You’re not listening!
Perhaps before we embark on an entire program of listening, we should listen first to St. Peter’s warning against precisely the kinds of frivolous and even false interactions I have been discussing here:
Now who is there to harm you if you are zealous for what is right? But even if you do suffer for righteousness’ sake, you will be blessed. Have no fear of them, nor be troubled, but in your hearts reverence Christ as Lord. Always be prepared to make a defense to any one who calls you to account for the hope that is in you, yet do it with gentleness and reverence; and keep your conscience clear, so that, when you are abused, those who revile your good behavior in Christ may be put to shame. For it is better to suffer for doing right, if that should be God’s will, than for doing wrong. For Christ also died for sins once for all, the righteous for the unrighteous, that he might bring us to God, being put to death in the flesh but made alive in the spirit. [1 Pet 3:13-18]
Why can we not see that whenever our listening undermines our willingness to proclaim the Gospel, it is a form of cowardice? Indeed, precisely insofar as listening to others becomes a comprehensive Christian program, it becomes a perpetual failure to take Christian responsibility. Is it not precisely this most cowardly of sins that defines the essential character of the post-Christian world? I mean the failure to listen first and foremost to Jesus Christ, and then to do whatever He says.
This is what Mary advised—because she believed in miracles.
All comments are moderated. To lighten our editing burden, only current donors are allowed to Sound Off. If you are a current donor, log in to see the comment form; otherwise please support our work, and Sound Off!
Posted by: loumiamo4057 -
Oct. 29, 2023 6:44 AM ET USA
IMHO, Dr.Jeff, listening is just code heretics use, and it means don't make a pronouncement or decision until you can agree with them. Only then will listening not be asked for. It's like when the soviets called for peace, which was their code for complete enslavement of the whole world. It never ends, and it always comes from the same people.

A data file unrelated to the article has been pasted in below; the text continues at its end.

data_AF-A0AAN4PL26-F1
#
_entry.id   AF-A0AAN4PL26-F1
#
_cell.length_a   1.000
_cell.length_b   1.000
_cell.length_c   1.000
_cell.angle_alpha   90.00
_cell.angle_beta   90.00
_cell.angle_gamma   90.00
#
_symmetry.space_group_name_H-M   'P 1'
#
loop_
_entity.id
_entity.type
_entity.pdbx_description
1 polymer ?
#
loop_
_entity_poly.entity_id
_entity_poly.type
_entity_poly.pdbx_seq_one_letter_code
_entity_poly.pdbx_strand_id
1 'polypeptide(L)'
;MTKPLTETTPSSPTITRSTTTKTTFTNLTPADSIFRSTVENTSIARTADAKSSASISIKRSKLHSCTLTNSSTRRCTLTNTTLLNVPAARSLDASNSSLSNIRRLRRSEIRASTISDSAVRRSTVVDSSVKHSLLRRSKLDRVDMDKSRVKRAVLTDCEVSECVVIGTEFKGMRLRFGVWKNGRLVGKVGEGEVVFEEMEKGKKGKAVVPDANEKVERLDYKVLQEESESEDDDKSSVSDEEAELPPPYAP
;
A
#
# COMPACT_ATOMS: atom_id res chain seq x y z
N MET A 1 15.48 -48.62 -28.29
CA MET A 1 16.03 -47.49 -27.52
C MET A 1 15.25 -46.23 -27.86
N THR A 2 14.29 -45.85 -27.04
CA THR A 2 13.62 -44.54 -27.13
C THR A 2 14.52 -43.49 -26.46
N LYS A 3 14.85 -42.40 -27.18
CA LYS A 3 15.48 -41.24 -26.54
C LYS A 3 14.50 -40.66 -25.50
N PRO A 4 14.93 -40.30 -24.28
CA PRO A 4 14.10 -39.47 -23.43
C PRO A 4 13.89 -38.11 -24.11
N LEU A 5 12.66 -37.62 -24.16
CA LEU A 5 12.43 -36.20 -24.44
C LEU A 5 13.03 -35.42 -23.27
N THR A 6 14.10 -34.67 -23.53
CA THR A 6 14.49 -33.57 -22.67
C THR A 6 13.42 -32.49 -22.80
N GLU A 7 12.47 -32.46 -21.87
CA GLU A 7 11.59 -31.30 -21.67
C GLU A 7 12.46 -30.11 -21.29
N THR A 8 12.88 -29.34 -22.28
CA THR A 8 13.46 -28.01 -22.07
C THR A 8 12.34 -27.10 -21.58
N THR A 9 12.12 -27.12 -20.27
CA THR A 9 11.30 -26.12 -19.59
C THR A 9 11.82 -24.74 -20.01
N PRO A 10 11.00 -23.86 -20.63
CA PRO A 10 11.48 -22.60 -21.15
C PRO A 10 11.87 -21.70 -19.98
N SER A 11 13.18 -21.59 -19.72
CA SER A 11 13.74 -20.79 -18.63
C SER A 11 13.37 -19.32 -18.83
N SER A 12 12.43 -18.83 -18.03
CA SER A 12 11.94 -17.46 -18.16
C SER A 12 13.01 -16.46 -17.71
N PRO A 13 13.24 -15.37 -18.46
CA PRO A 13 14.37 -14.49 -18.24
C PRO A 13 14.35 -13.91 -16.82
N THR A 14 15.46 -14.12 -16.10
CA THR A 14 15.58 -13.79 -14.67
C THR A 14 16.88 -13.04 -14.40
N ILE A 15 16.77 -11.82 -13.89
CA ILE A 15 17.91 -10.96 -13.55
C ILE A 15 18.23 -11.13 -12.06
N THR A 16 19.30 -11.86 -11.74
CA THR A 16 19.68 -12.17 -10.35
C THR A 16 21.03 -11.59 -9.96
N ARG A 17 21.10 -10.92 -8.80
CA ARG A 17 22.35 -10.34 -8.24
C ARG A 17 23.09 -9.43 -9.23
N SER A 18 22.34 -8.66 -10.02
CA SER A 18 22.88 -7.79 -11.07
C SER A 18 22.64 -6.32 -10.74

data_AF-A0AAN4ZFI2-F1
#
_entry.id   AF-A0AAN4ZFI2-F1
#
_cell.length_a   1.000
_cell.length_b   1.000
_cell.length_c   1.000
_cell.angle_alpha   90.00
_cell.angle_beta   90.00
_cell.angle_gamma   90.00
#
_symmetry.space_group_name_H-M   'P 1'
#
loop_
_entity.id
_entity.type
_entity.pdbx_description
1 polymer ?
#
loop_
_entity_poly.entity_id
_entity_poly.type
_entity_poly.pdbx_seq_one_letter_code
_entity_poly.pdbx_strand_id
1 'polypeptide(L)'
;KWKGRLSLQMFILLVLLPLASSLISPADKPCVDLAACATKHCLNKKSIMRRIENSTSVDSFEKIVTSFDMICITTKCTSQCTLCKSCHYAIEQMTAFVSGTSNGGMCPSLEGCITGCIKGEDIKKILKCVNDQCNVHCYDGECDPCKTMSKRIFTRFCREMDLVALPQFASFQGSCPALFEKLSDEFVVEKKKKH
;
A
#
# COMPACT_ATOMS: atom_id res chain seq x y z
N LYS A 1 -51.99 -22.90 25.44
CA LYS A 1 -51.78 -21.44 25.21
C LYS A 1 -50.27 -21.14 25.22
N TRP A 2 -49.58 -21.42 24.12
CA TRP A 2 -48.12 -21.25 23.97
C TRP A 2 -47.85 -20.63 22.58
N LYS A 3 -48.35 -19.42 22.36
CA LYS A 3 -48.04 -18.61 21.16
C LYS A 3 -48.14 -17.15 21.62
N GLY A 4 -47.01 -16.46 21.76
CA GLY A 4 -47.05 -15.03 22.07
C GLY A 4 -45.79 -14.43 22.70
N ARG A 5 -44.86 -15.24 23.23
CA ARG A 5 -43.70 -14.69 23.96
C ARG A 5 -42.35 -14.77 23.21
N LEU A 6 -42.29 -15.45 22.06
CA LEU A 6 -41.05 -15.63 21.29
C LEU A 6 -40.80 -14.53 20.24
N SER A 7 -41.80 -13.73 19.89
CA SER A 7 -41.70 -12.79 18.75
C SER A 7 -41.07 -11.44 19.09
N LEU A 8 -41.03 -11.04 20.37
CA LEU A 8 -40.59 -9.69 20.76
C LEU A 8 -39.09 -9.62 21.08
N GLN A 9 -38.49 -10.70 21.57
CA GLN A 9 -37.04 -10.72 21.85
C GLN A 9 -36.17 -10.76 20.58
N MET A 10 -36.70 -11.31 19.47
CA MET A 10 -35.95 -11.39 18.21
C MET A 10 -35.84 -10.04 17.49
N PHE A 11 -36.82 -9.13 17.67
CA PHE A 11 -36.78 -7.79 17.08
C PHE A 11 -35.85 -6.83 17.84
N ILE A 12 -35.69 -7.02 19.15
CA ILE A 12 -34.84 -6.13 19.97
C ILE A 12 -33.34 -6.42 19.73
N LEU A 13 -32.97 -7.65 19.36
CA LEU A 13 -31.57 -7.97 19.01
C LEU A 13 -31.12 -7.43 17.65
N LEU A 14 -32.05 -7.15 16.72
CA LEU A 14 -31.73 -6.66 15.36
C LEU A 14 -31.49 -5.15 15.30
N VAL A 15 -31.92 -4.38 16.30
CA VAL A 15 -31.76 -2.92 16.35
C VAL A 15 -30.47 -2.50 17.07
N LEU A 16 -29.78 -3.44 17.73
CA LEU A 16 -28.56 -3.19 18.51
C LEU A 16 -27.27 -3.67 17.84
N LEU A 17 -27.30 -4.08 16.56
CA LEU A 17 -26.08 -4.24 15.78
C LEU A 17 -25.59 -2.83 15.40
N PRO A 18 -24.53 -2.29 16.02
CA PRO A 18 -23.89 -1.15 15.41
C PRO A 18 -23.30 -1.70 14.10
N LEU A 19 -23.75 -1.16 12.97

Posted by: jalsardl5053 -
Oct. 28, 2023 9:37 PM ET USA
A resounding YES must be how the question is answered. The whole listening thing smacks of a political venture and, as such, has built in its own probability for failure. For just as a politician says he will listen to everyone but must eventually take a position on this or that, there will be, at best, disappointed constituents at worst, those who say "I'll never vote for him again." The indigenous culture thing was disingenuous and Mr. Mirus is sadly correct as to what isn't heard.
Posted by: TheJournalist64 -
Oct. 28, 2023 11:18 AM ET USA
The answer to all this posturing with hand up to ear, occasionally opening it but closing it to anything that is not "liberal" is the very good and traditional phrase "sentire cum ecclesia." Meaning we listen to the Church, interpret it as God speaking truth, and adjusting our thinking to what God wants us to do. And that means the 2,000 year old Church.
Posted by: gskineke -
Oct. 27, 2023 7:22 PM ET USA
“It is certainly true that the better we know others, the greater the likelihood that we can address their neuralgic points—the particular blindness, confusion and, yes, spiritual suffering which points to the very heart of their resistance to the Gospel.“ Words are often mere placeholders (or smokescreens) when a soul is confused or obstinate regarding God. Actions are more telling. Those corroded by sin need guidance towards sources of grace and healing. To deny them that gift isn’t love.